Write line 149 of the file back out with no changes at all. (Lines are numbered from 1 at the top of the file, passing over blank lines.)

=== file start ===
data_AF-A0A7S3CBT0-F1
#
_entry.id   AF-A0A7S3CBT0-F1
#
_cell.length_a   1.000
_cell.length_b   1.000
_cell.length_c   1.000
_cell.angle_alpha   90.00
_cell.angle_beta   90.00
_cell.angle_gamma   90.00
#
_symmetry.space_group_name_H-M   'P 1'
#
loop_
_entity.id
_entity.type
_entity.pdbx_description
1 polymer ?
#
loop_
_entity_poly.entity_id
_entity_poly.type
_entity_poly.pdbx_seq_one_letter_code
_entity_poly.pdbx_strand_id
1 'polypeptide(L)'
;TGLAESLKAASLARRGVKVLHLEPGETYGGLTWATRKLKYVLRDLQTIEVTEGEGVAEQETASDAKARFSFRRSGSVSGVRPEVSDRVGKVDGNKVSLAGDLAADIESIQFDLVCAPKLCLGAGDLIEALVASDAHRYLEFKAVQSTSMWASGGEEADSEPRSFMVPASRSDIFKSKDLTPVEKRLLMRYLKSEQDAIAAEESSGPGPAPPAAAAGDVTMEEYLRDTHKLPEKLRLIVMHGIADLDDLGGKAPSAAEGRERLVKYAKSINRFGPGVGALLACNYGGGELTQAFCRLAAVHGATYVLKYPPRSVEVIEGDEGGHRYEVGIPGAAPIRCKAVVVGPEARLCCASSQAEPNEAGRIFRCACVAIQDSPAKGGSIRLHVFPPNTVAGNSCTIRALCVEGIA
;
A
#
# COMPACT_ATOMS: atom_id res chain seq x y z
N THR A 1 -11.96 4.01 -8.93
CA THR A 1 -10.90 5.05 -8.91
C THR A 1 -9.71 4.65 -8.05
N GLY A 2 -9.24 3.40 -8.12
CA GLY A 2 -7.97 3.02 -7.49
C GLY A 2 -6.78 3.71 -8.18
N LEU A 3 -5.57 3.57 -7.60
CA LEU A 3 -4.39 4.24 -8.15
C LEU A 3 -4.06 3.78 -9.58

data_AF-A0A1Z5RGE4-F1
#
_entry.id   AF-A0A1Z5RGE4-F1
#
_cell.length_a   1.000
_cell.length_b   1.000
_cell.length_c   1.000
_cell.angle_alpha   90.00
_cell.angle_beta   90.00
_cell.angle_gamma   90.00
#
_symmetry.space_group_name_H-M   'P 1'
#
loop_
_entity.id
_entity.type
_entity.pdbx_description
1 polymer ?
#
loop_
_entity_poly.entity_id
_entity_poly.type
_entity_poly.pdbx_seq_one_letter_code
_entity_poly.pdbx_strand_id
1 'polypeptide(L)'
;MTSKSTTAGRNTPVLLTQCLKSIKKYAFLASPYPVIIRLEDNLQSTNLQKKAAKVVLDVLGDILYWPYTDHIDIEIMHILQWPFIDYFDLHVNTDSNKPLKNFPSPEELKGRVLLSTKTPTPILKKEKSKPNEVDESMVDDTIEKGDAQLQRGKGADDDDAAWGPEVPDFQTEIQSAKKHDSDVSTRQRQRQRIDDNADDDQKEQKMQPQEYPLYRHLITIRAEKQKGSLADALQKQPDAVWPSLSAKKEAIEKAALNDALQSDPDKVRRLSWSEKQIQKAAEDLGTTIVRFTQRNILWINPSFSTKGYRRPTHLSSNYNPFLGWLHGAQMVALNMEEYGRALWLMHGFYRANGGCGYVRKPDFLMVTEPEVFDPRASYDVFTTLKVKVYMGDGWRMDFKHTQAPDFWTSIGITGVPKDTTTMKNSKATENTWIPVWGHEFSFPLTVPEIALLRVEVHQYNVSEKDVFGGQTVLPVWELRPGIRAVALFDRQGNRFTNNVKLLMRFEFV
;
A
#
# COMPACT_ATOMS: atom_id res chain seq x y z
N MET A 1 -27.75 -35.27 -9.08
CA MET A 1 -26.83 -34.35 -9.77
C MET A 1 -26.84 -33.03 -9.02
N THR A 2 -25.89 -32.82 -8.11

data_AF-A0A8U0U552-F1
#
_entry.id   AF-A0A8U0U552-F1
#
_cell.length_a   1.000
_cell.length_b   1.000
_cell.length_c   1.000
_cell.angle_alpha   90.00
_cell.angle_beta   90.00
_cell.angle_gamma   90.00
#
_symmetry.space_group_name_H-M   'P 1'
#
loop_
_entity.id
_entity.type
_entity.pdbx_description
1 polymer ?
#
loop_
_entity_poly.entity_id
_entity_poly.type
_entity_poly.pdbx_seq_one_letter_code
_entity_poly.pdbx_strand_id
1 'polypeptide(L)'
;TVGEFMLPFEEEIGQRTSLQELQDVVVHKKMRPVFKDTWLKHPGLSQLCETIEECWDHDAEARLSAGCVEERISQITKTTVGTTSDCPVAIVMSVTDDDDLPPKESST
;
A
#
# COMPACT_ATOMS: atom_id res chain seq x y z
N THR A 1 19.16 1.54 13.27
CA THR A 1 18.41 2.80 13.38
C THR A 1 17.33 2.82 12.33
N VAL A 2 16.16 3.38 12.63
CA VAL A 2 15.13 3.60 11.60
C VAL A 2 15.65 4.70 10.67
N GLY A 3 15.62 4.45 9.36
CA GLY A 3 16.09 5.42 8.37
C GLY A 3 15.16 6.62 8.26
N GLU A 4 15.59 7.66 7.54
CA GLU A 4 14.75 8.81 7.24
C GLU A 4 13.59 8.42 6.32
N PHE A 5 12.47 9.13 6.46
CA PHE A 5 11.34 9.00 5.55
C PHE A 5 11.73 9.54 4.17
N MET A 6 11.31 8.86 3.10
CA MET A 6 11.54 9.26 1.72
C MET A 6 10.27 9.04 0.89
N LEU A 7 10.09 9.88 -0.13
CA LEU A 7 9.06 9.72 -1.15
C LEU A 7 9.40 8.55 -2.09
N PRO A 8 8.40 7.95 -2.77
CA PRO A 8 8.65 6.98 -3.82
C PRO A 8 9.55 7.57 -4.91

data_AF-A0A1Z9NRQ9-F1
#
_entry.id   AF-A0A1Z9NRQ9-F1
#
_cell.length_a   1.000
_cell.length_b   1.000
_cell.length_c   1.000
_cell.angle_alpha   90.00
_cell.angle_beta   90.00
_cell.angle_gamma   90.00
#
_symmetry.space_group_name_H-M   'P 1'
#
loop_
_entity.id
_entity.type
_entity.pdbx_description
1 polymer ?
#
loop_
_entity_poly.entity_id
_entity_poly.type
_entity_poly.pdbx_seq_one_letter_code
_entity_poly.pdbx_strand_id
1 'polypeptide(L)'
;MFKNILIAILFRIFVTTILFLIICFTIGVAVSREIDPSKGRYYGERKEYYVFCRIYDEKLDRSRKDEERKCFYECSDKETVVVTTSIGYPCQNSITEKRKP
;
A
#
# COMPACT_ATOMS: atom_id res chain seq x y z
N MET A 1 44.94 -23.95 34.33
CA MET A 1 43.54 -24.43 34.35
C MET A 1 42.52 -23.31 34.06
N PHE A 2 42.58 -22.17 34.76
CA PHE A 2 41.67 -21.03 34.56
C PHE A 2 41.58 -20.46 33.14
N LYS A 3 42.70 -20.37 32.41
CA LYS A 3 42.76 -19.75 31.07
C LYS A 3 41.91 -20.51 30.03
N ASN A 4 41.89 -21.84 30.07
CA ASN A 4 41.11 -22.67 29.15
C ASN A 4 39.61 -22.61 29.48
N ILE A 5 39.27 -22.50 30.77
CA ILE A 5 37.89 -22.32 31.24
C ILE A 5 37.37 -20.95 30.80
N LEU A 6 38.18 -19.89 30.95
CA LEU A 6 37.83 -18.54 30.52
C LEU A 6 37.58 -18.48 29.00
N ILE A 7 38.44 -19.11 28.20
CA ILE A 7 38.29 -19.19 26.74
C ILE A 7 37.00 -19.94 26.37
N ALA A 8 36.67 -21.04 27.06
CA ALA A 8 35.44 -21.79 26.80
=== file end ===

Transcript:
_entity_poly.type